Support for Belarusian civil society is in Poland's interest - FM

Polish Foreign Minister Zbigniew Rau on Monday expressed his conviction that support for Belarusian civil society lies in Poland's interest. He added that the question of the country's democratization should be left entirely to Belarusians.

Minister Rau told a Polish public radio broadcaster on Monday that Poland had to look at the development of the situation in Belarus "also from the perspective of NATO's eastern flank."

"The increased military presence in Belarus is the last thing we need in this part of Europe," he stated, adding that "the weaker Belarusian President Alexander Lukashenko is before the Russian Federation, the more probable this scenario is."

Repeating that support for Belarusian civil society was in Poland's interest, Rau stated that the democratisation of Belarus was, in the long run, a guarantee of that country's political stabilisation and harmonious development.

At the same time, the official noted that all questions regarding the socio-political system should be left to Belarusians. "This must be their choice, since, when this is their choice - and this is what I keep telling our European partners - then common, universal and European values will win in Belarus."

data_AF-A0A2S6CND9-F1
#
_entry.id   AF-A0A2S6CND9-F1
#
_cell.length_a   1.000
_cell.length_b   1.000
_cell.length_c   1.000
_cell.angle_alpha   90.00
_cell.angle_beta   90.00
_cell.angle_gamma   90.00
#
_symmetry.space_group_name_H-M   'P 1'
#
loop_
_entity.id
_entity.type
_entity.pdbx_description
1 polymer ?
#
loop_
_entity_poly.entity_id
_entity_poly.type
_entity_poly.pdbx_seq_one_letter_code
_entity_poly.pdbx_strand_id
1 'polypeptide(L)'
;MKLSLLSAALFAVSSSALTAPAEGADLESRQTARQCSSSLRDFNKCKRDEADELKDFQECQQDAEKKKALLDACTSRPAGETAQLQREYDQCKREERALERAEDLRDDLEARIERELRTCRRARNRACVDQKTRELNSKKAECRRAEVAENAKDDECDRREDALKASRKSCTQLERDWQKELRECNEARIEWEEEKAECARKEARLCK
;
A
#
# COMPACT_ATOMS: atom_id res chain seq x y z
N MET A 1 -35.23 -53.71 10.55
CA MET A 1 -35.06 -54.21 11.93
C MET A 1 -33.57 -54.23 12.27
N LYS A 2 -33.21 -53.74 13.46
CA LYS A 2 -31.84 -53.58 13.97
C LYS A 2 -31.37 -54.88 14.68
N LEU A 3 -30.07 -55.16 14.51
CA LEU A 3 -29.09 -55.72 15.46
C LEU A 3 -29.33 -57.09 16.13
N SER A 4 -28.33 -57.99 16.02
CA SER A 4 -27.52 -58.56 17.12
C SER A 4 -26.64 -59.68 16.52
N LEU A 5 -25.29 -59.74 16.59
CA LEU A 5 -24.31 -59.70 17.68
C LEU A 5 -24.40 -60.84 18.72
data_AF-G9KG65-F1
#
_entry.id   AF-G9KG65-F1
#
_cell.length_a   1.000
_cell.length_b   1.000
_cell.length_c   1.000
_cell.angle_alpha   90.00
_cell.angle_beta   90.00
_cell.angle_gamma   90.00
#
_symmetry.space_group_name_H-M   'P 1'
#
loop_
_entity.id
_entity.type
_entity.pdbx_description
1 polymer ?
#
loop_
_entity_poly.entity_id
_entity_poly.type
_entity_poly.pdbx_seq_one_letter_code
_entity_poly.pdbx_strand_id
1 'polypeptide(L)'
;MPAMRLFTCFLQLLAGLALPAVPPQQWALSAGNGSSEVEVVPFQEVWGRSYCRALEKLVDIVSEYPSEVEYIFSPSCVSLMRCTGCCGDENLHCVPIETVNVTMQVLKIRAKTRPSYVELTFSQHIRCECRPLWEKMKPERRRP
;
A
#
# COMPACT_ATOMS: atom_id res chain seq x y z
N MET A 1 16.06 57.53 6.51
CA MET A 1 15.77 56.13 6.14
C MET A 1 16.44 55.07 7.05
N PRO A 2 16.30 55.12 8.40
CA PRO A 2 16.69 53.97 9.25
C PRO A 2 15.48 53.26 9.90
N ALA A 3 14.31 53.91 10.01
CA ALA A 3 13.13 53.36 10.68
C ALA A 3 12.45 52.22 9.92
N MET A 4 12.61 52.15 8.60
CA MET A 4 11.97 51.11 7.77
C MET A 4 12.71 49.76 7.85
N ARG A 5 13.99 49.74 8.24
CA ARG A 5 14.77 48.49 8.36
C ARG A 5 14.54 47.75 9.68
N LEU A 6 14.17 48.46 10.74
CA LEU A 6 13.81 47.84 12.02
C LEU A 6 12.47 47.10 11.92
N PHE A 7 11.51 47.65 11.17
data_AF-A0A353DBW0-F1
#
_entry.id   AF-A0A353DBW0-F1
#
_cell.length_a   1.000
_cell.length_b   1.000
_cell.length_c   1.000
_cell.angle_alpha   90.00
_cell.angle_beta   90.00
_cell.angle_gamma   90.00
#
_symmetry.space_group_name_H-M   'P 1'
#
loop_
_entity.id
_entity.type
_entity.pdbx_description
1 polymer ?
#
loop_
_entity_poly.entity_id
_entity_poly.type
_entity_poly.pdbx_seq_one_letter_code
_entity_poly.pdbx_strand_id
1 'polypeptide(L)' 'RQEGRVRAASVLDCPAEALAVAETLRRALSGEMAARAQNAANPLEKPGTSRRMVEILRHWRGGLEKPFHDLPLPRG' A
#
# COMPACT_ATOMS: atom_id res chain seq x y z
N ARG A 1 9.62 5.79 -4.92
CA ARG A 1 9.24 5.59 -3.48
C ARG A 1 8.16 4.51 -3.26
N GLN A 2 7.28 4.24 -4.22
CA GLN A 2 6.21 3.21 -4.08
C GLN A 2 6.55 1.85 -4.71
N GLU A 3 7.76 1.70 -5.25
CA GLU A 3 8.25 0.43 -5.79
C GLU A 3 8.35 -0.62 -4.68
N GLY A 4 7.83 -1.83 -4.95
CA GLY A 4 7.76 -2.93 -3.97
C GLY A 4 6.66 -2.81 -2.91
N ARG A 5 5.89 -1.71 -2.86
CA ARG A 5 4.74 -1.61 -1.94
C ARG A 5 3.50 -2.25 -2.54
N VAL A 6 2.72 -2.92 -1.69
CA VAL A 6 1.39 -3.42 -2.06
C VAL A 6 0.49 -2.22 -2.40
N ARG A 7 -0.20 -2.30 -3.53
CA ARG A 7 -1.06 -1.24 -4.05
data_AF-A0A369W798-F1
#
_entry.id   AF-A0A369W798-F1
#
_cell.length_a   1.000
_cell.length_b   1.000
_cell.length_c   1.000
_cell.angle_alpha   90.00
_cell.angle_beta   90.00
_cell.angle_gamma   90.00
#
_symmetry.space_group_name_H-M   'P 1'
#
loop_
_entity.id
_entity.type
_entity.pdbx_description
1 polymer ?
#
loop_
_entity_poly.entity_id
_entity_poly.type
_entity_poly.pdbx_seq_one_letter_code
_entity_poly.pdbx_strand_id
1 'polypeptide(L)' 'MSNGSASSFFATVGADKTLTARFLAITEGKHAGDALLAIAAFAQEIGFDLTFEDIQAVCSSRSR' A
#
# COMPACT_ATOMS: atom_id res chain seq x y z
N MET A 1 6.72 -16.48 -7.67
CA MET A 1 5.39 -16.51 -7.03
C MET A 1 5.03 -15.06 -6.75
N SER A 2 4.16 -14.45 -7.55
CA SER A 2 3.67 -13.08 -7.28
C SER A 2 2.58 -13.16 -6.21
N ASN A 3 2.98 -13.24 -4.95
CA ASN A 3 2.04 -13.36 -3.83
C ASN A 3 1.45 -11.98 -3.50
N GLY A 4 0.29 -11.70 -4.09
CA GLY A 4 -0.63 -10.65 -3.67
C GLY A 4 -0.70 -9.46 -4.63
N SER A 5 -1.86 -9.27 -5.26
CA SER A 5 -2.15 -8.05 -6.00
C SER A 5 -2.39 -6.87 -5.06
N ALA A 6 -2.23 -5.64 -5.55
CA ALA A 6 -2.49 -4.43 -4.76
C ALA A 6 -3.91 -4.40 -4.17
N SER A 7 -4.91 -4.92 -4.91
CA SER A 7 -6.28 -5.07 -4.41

Speaking on the same subject, Minister Rau told the Sieci weekly that one could be impressed by Belarusian society's fully-determined defence of common European values, like dignity, human rights and democracy. He also said that protests in Belarus were just the beginning of a civil society.

"There is not a single political programme there, there is no clear leadership. (...) I am convinced that dialogue between the authorities and society will start sooner or later, but I do not know how long we will have to wait and what the cost will be," the minister concluded.

Belarus has been torn by protests since an August 9 presidential election, in which the country's strongman Alexander Lukashenko won a 6th term in office with 80.1 percent of the vote against main contender Svetlana Tikhanovskaya's 10.1 percent. Mass demonstrations against what is held to have been a rigged vote have been continuing ever since, sparking brutal reactions from the police and security forces. Also on Sunday, about 100,000 demonstrators marched in the Belarusian capital calling for the authoritarian president's ouster.